Can You Get a Tattoo While Breastfeeding?

  • Written By Dan Hunter on November 15, 2019
    Last Updated: November 8, 2020

Congratulations on your baby! We hope parenting comes easy for you, and you’re enjoying the precious new person in your life. We also hope that your baby has taken well to breastfeeding. 

Do you have a tattoo appointment booked or some ideas for a new design and aren’t sure if you can get one while breastfeeding? Well, this issue isn’t as black and white as you may assume.

You can get a tattoo while breastfeeding, but the subject has a lot of grey areas. You need to be informed of best practices. Find out: what the law says, associated cultural implications, the risks involved, and how to mitigate the risks.

What Does the Law Say?

There’s no law against getting a tattoo while you’re breastfeeding. Does that mean that when you walk into the parlor, the tattooist won’t have any concerns? No. 

Does that mean that every artist is comfortable with inking a breastfeeding mother? No. Some even have waivers that specifically mention excluding clients who are nursing. 

If the government isn’t concerned enough to make it illegal, you might wonder what exactly the issue is. Well, there are a few. 

What Are the Risks of Getting a Tattoo While Breastfeeding?

Inking pierces the skin, which in itself carries a degree of risk of infections. While breastfeeding, you need to be as healthy as possible for the baby’s sake. Let’s take a keener look at the risks:

Risk of Infection 

One study found that between 0.5 and 6 percent of tattoos become infected. There are other health concerns associated with allergic reactions and bloodborne diseases as a result of contaminated equipment.

Always choose a reputable, clean tattoo parlor over anything else. 

Since the likelihood of infection seems to be present regardless of whether you’re breastfeeding or not, what difference does it make? 

Consider this: if you were to succumb to infection, not all medications are compatible with breastfeeding. Not to mention that there are concerns that antibacterial medication may blunt the benefits of breast milk.

Tattoo Placement vs. Baby Comfort 

A tattoo takes 2–3 weeks to heal. Now, imagine that the ink is on your: 

  • Breast
  • Stomach
  • Waist
  • Shoulder
  • Arm 

Basically, places where the baby is likely to be pressed up against. 

Do you think that wound is going to have an easy time healing? Not at all. It’s going to get rubbed and scratched: either by the baby or potentially by any form of covering you use when you feed in public—shoulder tattoos, especially.

Friction will both increase the risk of infection and potentially lead to you to have the tattoo redone. Now, redoing won’t solve much if the baby is still as demanding. You’re best to avoid these areas when getting a tattoo altogether.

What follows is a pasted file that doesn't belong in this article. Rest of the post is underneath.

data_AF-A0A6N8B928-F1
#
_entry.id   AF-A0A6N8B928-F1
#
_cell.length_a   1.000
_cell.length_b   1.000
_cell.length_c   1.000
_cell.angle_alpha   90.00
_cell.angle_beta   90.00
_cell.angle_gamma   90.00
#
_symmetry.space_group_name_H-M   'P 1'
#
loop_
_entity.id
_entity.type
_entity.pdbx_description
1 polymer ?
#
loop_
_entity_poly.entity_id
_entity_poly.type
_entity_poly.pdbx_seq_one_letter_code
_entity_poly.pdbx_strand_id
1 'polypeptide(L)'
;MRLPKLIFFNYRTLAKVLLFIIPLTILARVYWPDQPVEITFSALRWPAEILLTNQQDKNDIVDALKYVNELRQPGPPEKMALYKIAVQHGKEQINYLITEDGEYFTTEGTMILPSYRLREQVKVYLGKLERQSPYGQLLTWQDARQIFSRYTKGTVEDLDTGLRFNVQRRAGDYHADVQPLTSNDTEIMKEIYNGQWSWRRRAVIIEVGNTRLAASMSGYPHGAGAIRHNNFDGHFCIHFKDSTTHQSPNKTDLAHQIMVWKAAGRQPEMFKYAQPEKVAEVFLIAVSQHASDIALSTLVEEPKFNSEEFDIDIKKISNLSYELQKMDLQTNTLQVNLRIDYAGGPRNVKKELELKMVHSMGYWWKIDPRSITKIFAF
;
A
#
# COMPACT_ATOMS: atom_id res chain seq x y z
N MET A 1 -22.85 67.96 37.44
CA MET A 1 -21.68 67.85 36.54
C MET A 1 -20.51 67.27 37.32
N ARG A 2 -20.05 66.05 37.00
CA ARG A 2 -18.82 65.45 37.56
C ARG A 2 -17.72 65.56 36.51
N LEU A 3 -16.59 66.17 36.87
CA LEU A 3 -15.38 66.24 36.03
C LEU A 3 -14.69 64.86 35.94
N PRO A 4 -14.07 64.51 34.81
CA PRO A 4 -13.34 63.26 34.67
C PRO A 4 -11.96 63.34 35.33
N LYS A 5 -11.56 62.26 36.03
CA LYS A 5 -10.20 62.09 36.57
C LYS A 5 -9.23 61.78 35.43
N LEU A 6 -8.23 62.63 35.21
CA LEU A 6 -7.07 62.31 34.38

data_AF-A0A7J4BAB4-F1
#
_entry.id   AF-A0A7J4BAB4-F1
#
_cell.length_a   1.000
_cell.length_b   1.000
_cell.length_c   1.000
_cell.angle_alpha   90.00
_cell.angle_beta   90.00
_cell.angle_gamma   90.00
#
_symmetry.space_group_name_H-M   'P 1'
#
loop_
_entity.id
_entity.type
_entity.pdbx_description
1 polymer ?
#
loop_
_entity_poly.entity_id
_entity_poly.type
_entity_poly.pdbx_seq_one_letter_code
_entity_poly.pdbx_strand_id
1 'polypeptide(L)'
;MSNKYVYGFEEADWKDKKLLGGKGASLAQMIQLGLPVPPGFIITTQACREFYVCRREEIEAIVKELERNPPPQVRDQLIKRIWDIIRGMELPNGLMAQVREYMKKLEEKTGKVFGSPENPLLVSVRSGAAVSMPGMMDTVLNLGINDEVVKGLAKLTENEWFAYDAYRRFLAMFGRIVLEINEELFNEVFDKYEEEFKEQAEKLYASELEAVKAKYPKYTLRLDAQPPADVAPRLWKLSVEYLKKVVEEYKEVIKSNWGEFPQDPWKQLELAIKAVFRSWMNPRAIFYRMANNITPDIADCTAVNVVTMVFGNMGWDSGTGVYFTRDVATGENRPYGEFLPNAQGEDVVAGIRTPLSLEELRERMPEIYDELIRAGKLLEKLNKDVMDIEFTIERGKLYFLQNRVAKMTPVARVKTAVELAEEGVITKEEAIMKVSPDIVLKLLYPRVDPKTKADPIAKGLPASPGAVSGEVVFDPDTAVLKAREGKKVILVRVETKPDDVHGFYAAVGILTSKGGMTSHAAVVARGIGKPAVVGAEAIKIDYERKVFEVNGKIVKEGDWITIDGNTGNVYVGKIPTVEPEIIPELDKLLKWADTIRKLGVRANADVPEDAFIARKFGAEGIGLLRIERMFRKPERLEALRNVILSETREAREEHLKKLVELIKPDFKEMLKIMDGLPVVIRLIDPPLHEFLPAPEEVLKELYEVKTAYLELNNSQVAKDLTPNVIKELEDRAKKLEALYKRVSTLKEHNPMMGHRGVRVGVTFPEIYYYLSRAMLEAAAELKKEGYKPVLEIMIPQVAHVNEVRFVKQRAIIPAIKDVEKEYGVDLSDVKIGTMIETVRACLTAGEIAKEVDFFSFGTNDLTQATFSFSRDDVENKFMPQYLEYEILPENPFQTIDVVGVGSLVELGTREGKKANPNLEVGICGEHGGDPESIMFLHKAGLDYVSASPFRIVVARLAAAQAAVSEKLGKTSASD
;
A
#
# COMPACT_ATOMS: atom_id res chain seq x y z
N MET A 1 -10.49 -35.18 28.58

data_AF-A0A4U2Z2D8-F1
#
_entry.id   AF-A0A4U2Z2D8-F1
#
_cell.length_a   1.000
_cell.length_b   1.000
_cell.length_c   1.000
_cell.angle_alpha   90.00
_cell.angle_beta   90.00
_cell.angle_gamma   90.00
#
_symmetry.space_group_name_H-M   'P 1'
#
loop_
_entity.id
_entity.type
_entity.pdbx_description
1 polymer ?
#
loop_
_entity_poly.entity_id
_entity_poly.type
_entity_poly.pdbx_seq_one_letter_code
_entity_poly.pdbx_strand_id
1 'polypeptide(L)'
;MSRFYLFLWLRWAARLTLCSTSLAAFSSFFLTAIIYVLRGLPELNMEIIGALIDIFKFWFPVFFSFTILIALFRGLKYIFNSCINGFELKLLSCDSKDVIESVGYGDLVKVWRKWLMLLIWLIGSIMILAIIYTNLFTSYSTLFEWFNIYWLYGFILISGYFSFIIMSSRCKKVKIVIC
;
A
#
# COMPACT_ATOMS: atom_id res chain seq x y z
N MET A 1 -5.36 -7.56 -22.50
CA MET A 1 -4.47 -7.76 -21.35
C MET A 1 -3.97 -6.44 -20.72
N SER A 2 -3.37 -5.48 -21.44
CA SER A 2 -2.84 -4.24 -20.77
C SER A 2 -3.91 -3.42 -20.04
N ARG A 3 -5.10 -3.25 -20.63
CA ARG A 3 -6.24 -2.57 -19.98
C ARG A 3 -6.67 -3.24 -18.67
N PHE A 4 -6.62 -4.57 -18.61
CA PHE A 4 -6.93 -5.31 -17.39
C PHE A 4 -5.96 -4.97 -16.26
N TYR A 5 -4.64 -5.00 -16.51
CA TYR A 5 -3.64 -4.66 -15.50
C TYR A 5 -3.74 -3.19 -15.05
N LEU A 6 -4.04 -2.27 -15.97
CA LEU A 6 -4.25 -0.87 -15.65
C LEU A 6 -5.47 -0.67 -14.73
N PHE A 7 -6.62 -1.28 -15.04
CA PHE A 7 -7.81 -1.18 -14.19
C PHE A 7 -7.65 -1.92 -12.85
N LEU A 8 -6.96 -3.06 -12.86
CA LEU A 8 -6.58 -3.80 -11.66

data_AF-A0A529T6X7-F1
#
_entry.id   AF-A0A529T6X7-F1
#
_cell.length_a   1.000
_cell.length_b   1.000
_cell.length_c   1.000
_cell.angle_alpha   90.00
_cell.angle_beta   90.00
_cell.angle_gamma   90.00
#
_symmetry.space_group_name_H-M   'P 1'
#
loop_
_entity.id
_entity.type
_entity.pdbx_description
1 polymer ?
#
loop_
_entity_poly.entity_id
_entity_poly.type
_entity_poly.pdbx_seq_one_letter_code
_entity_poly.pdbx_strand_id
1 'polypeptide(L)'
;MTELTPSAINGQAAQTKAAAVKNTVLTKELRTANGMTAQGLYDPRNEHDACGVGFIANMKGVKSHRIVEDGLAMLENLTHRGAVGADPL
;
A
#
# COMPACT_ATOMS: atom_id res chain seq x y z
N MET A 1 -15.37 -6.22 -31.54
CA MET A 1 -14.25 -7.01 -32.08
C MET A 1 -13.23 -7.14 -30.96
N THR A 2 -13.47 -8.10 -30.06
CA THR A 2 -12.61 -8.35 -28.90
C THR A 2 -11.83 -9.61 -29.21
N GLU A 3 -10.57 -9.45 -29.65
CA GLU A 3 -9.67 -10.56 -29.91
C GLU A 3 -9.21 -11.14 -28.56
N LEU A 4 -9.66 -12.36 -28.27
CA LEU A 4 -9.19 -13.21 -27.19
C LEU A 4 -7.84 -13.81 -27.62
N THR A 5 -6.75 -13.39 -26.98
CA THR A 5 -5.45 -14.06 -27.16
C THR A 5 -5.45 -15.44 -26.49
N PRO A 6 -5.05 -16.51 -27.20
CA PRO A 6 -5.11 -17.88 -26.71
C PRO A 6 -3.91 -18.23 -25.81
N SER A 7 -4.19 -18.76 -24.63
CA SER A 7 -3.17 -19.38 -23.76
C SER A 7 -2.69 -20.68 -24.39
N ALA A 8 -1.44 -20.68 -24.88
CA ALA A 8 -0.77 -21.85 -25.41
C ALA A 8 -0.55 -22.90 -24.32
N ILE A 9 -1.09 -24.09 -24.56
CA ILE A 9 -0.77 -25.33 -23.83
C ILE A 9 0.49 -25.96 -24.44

Making breastmilk takes a lot of energy. Healing from a tattoo properly also takes a lot of your body’s energy. One of these two will suffer if you are doing both simultaneously.

If you are keen on getting your ink on any of these body parts, settle for a small design that won’t require too much healing time.

Your Body Is Still Changing 

The average woman gains between 25 to 35 pounds during her pregnancy, and dropping that weight off again can take a year or longer.

Not every woman will go back to her original pre-pregnancy shape, even though she may try. However, you’re likely to drop a good chunk of that extra weight as time goes by. Considering this, do you see what the issue might be when it comes to getting a tattoo? 

Imagine if you should be lucky, or unlucky, and drop weight fast. Skin doesn’t always contract quickly enough to keep up with sudden weight loss. Consequently, your skin loses its stretch and begins to sag, and the tattoo no longer looks as tight and defined as it did before. 

Of course, this can be mitigated by losing weight at a slower and healthier pace. Some tattooists may even recommend waiting until your body settles into a more stable size. However, don’t become disheartened as there are many success stories of how major weight loss resulted in little or no tattoo distortion.

If it’s not your first child, you probably have an idea of how your body will behave. Only get elaborate ink designs if you’re sure you’re unlikely to drop the extra pounds too quickly.

The Bottom Line 

Getting a tattoo while breastfeeding is a rather grey area. Some of the associated risks are common to inking independent of nursing, but they may get a little heightened when you’re breastfeeding. 

Tattooists may also be hesitant to tattoo you or reject you outrightly. Don’t be mad; be glad that they’re being sensible and trying to avoid associated health issues. It’s best to wait until after your baby is done breastfeeding before getting a tattoo for many reasons.

When you eventually go ahead with getting your dream tattoo, it’s imperative that you always follow your tattoo artist’s aftercare advice closely, and be sure to invest in a high-quality tattoo healing lotion to aid recovery.

The best tattoo lotion I’ve ever personally used is a vegan-friendly aftercare product called After Inked Tattoo Aftercare Lotion. This stuff works amazingly well during the healing process; not only by keeping your tattoo really well hydrated, but also by soothing any annoying itching and irritation. When using it from the very start of the healing process, this lotion will help to decrease tattoo healing times, and work towards eliminating any lingering dryness and scabbing.​

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